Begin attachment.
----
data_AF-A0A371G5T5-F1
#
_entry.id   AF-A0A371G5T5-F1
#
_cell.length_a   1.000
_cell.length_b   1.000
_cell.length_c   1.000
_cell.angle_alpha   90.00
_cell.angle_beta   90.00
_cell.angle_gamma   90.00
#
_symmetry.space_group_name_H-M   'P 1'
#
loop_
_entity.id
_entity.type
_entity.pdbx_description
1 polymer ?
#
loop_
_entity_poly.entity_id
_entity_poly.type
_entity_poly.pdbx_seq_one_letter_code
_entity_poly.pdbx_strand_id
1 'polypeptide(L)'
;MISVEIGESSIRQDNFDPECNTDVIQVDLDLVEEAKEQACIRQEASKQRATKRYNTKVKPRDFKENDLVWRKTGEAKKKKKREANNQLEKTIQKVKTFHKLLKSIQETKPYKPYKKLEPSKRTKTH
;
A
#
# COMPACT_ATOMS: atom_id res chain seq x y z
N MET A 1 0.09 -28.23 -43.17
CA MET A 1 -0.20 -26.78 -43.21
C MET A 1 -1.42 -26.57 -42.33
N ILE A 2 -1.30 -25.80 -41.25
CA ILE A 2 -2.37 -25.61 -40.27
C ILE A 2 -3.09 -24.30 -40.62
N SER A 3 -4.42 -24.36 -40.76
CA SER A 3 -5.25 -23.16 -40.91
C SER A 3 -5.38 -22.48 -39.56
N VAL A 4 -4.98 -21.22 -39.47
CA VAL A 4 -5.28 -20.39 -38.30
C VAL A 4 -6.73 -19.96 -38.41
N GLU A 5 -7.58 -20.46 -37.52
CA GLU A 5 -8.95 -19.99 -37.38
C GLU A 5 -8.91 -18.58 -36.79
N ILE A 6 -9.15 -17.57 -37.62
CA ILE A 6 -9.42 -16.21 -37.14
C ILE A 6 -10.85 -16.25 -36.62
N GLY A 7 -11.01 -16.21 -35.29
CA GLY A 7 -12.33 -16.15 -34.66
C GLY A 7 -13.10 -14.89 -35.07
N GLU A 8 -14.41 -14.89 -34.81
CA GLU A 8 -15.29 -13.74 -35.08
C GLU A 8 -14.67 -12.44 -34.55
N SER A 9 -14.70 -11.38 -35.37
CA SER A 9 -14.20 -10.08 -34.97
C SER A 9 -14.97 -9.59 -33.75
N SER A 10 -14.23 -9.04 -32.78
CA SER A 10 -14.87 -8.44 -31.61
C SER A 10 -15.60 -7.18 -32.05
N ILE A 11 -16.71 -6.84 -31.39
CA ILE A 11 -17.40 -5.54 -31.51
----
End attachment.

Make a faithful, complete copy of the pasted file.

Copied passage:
data_AF-A0A371G5T5-F1
#
_entry.id   AF-A0A371G5T5-F1
#
_cell.length_a   1.000
_cell.length_b   1.000
_cell.length_c   1.000
_cell.angle_alpha   90.00
_cell.angle_beta   90.00
_cell.angle_gamma   90.00
#
_symmetry.space_group_name_H-M   'P 1'
#
loop_
_entity.id
_entity.type
_entity.pdbx_description
1 polymer ?
#
loop_
_entity_poly.entity_id
_entity_poly.type
_entity_poly.pdbx_seq_one_letter_code
_entity_poly.pdbx_strand_id
1 'polypeptide(L)'
;MISVEIGESSIRQDNFDPECNTDVIQVDLDLVEEAKEQACIRQEASKQRATKRYNTKVKPRDFKENDLVWRKTGEAKKKKKREANNQLEKTIQKVKTFHKLLKSIQETKPYKPYKKLEPSKRTKTH
;
A
#
# COMPACT_ATOMS: atom_id res chain seq x y z
N MET A 1 0.09 -28.23 -43.17
CA MET A 1 -0.20 -26.78 -43.21
C MET A 1 -1.42 -26.57 -42.33
N ILE A 2 -1.30 -25.80 -41.25
CA ILE A 2 -2.37 -25.61 -40.27
C ILE A 2 -3.09 -24.30 -40.62
N SER A 3 -4.42 -24.36 -40.76
CA SER A 3 -5.25 -23.16 -40.91
C SER A 3 -5.38 -22.48 -39.56
N VAL A 4 -4.98 -21.22 -39.47
CA VAL A 4 -5.28 -20.39 -38.30
C VAL A 4 -6.73 -19.96 -38.41
N GLU A 5 -7.58 -20.46 -37.52
CA GLU A 5 -8.95 -19.99 -37.38
C GLU A 5 -8.91 -18.58 -36.79
N ILE A 6 -9.15 -17.57 -37.62
CA ILE A 6 -9.42 -16.21 -37.14
C ILE A 6 -10.85 -16.25 -36.62
N GLY A 7 -11.01 -16.21 -35.29
CA GLY A 7 -12.33 -16.15 -34.66
C GLY A 7 -13.10 -14.89 -35.07
N GLU A 8 -14.41 -14.89 -34.81
CA GLU A 8 -15.29 -13.74 -35.08
C GLU A 8 -14.67 -12.44 -34.55
N SER A 9 -14.70 -11.38 -35.37
CA SER A 9 -14.20 -10.08 -34.97
C SER A 9 -14.97 -9.59 -33.75
N SER A 10 -14.23 -9.04 -32.78
CA SER A 10 -14.87 -8.44 -31.61
C SER A 10 -15.60 -7.18 -32.05
N ILE A 11 -16.71 -6.84 -31.39
CA ILE A 11 -17.40 -5.54 -31.51